"By 2029, computers will be able to understand our language, learn from experience and outsmart even the most intelligent humans, according to Google's director of engineering Ray Kurzweil.
Computers are on the threshold of reading and understanding the semantic content of a language, but not quite at human levels. But since they can read a million times more material than humans they can make up for that with quantity. So IBM's Watson is a pretty weak reader on each page, but it read the 200m pages of Wikipedia. And basically what I'm doing at Google is to try to go beyond what Watson could do. To do it at Google scale. Which is to say to have the computer read tens of billions of pages. Watson doesn't understand the implications of what it's reading. It's doing a sort of pattern matching. It doesn't understand that if John sold his red Volvo to Mary that involves a transaction or possession and ownership being transferred. It doesn't understand that kind of information and so we are going to actually encode that, really try to teach it to understand the meaning of what these documents are saying.
I think there's an important difference between intelligence and consciousness. The interesting thing about consciousness is that we never have access to it in others; it's always inferred from behaviour and/or physiology. Intelligence is almost a way of doing things, a kind of action or thought, while consciousness has this aspect of being attached to it. The sole proof of consciousness to the human is the individual's experience of life itself. I think defining it in an objective scientific way is almost a non-starter; you can't separate out the subjective from the objective, and the subjective/self-knowing/experiential aspect of consciousness is essentially its defining feature. It really is largely a mystery. Sure there is growing data on the physiological mechanisms, but the real essence of consciousness (i.e. experience) appears to be unknowable to anything except the conscious entity itself. Computers might be able to start understanding language in an intelligent sense, but to me this does not equate with consciousness. Would the computer be experiencing anything? One would suspect not.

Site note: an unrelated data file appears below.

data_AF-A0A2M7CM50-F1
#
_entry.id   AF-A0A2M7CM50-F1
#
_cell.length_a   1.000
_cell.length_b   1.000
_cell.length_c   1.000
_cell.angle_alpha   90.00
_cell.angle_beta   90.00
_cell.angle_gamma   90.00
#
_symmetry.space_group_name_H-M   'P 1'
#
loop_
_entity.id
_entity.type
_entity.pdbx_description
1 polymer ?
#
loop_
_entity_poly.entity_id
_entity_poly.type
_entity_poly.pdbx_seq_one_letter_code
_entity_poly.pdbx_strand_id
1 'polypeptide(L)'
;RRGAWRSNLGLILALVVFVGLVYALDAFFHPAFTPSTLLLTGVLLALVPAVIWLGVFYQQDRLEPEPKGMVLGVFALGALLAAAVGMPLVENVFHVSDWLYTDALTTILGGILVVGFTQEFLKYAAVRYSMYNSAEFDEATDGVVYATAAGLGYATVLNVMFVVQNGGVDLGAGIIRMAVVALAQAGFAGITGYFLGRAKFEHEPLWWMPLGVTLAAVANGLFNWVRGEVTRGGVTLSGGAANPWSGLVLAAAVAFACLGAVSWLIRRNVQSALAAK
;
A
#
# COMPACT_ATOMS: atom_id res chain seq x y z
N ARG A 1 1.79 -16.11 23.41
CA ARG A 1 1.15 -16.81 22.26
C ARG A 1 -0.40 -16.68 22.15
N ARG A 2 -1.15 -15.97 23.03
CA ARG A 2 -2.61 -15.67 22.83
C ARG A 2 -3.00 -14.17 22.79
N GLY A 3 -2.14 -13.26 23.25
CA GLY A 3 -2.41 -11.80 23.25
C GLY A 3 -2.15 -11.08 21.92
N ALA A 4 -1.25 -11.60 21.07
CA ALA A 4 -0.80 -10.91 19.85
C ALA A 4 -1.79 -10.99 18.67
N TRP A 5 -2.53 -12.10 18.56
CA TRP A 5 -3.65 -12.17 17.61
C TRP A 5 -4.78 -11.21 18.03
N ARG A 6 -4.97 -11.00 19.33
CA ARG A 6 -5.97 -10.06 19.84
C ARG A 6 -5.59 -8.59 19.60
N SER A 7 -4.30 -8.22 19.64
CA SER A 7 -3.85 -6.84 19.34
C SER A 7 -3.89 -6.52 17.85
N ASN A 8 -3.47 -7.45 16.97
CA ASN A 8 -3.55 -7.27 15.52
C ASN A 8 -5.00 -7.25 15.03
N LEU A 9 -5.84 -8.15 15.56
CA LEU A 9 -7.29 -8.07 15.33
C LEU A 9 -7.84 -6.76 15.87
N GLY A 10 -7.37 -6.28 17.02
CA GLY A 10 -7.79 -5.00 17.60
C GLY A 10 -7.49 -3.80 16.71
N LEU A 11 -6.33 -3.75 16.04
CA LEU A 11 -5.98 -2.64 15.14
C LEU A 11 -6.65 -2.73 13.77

However a truly intelligent machine could be extremely useful. For instance, if it could really understand language, say to the point where it could read scientific papers, it would be fantastic to run hypotheses past an AI that has synthesised all human scientific knowledge of the brain. It might even be able to function as a translator between different branches of academic knowledge (social scientists could have access to a system that actually reads and understands the full sum of neuroscience knowledge, and so on).
I could imagine some dire scenarios too, e.g. the machine becomes seen as some kind of all knowing oracle (when in reality it would be limited by the human information fed into it), and society is led down some wrong track because our assumptions about fundamentals are already incorrect, and we get stuck in a feedback loop between our intellectual output (into the machine) and its subsequent analysis and recommendations.
Hmm, anyway I don't see any fundamental change in the computer being an information processor, even as they gain aspects of intelligence. To get back to your incentives and so on, they would need to be embodied, and programmed with sensations, needs, etc; which seems extremely foolish since we are already putting an enormous strain on the planet, and we have conscious entities exactly like that already (i.e. people), so there would seem to be no point (reinventing the wheel? ;). I suppose you could give it psychological needs (to be accepted by others and so on), but I don't see the value in this. In my opinion, an artificially intelligent system shouldn't need incentives; it just processes information but has no experience of being a machine, or of its place in reality. Which to me rules out consciousness, but not intelligence.
I think any program that uses a world model that contains a representation of itself (such as a bot that maps the room and knows where it is within said room) has a rudimentary degree of consciousness. It is technically self aware. Like intelligence, consciousness has degrees.